In Cambodia plastic in everyday life has accelerated since the 1990s transition to a free market economy and subsequently increasing economic development. Far from encountering a generic plasticisation, Cambodian’s relationship with the material is particularly intensive.

Average consumers in the capital Phnom Penh are estimated to use ten times more plastic bags than in Beijing in China. High consumption of plastic bottled water is driven by the ever-expanding tourist industry and a quarter of the population that lack regular access to safe drinking water.

Research Project 1: Community Water Enterprises in Cambodia: Entrepreneurship and development narratives

Community-managed water kiosks are a relatively new way of delivering clean drinking water in lower- income countries. This involves small-scale water entrepreneurs that operate a water kiosk as a social franchise, with the technical support provided by an NGO. The water kiosk has equipment to pump contaminated ground water into a storage tank and to treat it through filters (sand filter, carbon filter, micro filter) and then through ultraviolet disinfection. Water is then bottled using 20 litre polyethylene terephthalate (PET) plastic bottles before being delivered directly to consumers houses. In Cambodia this model, known as ‘community water enterprise’ (CWE). The model is accepted by the Cambodian Government international agencies including UNCIEF as part of the means toward achieving the Sustainable Development Goal 6 related to water and sanitation for all.

Not withstanding long-debated concerns about the toxicity of plastic bottles, this project is exploring: the life-use of the 20 Litre bottle as a mode of water transport and the after-life of these bottles in Cambodia; how this sociotechnical device impacts on the way that other modes of water delivery, including piped supply and rainwater harvesting are to be viewed, deemed trustworthy, reliable or feasible in more remote and less population-dense areas; the implications of the 20-litre bottle for the integrity of common resources, and the affective work involved in keeping or instituting norms of common access and also the impact that the rise of community water kiosks have on community relationships, including patron-client relationships, and on customary understandings of obligation, meritorious behaviours and practices of gift-giving.


Research Project 2: Plastic packing in Cambodia: waste problems and entrepreneurial solutions for tourism enterprises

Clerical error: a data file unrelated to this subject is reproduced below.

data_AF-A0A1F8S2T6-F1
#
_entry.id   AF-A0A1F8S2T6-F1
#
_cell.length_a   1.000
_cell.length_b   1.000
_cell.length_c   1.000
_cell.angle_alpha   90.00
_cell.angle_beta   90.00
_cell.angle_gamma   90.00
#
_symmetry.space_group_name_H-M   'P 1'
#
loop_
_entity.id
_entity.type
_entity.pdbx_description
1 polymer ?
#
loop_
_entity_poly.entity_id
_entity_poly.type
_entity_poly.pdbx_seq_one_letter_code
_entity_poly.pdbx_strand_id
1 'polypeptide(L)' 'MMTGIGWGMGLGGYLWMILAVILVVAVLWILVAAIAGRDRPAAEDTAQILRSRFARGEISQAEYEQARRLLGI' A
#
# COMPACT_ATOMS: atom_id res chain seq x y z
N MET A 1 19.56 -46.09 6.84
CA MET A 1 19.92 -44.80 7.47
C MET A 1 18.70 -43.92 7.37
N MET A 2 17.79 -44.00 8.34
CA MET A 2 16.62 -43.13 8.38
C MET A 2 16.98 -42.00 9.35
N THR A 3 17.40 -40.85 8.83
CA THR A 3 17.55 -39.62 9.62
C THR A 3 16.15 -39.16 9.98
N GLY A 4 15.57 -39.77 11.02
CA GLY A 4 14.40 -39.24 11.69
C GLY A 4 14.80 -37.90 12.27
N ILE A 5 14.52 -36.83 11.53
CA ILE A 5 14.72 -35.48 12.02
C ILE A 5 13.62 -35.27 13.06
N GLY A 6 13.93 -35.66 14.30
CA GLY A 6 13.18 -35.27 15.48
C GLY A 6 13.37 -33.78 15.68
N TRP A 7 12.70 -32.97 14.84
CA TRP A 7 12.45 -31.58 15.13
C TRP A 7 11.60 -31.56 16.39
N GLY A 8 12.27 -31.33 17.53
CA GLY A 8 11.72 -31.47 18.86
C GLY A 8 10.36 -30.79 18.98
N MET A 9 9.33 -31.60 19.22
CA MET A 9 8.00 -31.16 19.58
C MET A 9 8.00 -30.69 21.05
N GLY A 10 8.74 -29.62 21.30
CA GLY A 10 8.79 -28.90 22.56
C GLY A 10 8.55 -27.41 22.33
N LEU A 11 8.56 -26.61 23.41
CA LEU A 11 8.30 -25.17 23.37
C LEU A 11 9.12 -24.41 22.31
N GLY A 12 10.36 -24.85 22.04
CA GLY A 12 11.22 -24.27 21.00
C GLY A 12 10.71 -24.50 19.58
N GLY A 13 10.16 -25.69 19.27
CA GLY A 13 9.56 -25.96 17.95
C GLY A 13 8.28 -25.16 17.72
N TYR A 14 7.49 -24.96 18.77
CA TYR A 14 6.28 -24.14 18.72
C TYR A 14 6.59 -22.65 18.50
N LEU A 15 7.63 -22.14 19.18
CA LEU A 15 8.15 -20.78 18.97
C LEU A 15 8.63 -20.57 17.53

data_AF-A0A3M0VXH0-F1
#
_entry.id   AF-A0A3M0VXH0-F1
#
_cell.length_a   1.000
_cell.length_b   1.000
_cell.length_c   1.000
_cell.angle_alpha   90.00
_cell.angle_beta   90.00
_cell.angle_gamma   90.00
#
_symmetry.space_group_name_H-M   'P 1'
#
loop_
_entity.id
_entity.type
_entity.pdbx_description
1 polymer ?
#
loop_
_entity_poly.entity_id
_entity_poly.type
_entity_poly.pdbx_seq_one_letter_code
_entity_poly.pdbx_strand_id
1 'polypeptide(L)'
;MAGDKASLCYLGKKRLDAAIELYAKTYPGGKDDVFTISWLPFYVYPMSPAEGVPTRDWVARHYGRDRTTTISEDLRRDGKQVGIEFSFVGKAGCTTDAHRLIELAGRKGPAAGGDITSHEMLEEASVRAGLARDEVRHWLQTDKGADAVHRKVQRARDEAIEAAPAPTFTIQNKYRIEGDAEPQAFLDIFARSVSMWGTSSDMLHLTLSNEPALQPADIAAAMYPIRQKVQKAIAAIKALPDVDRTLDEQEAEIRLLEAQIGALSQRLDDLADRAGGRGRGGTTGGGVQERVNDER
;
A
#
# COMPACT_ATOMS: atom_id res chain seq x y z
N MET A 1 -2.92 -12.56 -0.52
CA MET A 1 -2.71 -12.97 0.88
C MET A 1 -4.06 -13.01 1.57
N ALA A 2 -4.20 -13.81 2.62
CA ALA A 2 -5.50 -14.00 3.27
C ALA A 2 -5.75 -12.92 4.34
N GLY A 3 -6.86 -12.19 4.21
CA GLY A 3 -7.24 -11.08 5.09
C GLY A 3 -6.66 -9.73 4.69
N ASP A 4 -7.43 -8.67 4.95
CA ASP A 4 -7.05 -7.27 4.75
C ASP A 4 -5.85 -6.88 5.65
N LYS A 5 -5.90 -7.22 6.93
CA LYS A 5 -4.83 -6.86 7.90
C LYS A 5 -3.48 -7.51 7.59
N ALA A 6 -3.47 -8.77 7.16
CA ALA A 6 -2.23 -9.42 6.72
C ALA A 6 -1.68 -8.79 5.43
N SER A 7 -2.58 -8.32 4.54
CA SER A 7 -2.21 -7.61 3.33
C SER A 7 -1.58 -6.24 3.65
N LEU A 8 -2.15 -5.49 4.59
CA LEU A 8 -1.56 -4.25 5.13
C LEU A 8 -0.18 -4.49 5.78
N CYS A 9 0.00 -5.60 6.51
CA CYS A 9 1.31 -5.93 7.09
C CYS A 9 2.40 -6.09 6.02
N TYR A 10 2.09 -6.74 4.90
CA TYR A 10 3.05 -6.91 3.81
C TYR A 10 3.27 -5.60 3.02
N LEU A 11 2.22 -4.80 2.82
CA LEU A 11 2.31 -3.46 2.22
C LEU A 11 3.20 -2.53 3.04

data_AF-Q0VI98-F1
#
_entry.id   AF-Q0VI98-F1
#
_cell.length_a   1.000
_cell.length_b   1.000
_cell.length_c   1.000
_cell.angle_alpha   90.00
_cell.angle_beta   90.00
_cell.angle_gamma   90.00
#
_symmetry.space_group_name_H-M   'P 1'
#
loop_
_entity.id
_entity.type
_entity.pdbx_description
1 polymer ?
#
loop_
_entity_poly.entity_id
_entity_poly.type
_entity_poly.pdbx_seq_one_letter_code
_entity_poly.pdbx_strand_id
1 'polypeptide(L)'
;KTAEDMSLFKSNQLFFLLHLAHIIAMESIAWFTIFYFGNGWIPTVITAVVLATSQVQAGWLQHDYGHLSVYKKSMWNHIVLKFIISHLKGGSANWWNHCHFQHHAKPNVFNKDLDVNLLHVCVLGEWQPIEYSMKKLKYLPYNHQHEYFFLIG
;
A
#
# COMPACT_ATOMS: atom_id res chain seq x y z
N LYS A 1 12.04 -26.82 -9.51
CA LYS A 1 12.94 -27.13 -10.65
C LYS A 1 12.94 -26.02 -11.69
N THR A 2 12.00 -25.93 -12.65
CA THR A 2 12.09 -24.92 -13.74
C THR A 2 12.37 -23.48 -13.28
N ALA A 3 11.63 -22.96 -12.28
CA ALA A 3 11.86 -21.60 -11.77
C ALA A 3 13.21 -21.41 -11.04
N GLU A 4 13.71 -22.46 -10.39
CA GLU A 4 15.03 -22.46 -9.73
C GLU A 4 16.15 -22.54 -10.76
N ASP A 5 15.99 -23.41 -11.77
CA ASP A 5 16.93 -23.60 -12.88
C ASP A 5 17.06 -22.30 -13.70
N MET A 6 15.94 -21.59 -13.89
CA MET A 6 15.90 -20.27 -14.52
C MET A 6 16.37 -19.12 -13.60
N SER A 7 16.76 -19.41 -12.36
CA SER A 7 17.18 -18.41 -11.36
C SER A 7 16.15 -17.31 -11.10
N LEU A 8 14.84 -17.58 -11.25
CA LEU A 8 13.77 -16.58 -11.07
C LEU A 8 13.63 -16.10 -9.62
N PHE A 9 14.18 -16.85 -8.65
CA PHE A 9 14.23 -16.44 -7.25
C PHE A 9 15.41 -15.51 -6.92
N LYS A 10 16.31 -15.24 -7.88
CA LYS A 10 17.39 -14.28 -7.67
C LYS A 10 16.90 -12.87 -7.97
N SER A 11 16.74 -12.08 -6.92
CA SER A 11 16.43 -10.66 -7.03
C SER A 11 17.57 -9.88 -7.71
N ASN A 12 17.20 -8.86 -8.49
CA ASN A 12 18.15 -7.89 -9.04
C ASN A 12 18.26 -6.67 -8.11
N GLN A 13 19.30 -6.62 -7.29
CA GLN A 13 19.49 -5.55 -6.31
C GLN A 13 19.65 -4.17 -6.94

Over the past 50 years, plastic has become a mundane material that governs the life and consumption of food while plastic litter is increasingly recognised as the most problematic contaminant of marine and freshwater ecosystems. This is of concern in Cambodia which relies on inland freshwater fish stocks for more than one third of all the protein consumed by the national population. In Cambodia, hotels, guesthouses and restaurants are among the biggest commercial outputters of plastic food-packaging waste, including polystyrene foam packaging and plastic bags which in turn arrive at tourism business premises through the suppliers of food and beverage items among local wholesalers and market vendors. This project is exploring the realities of plastic packaging in a community that surrounds a recently established meditation retreat in Kampong Cham Province in Eastern Cambodia, that is striving for an environmentally friendly image. It looks at what kind of plastic packaging arrives at and leaves the retreat and what the different roles and responsibilities these plastic items have. It seeks to uncover which type of solutions might fit best with the Retreat’s objective of an environmentally friendly image and whether exemplary practices in the tourism sector can be developed.

The research project takes into consideration some of the large-scale “grand solutions” to plastic problems being offered by relatively new market-entrant companies in Cambodia, biodegradable bioplastic bags and food packaging made from agribusiness feedstock, including by-products from cassava and sugarcane, that are recognised by international institutions including the United Nations Development Programme as contributing to Sustainable Development Goals objectives. Considering these interventions as a form of ‘green entrepreneurship’ that is compatible with other narratives of social entrepreneurship that proffer market-oriented solutions to social problems, comparisons will be made with the perceived value and practicality of vernacular materials such as palm leaf, banana leaf, bamboo and rattan as forms of food packaging that might be used by vendors who supply food to the Retreat. The objective is to try to elicit a range of hidden practices that can meet social needs, service the environment, strengthen common-property and have economic value via both market or non-market-based means.
Project Leader and Participant: Isaac Lyne
Start: 1 June 2018
End: 31 Sept 2019
Funding Structure: Lyne’s position is part time at 0.6, it is funded by the Seed Box .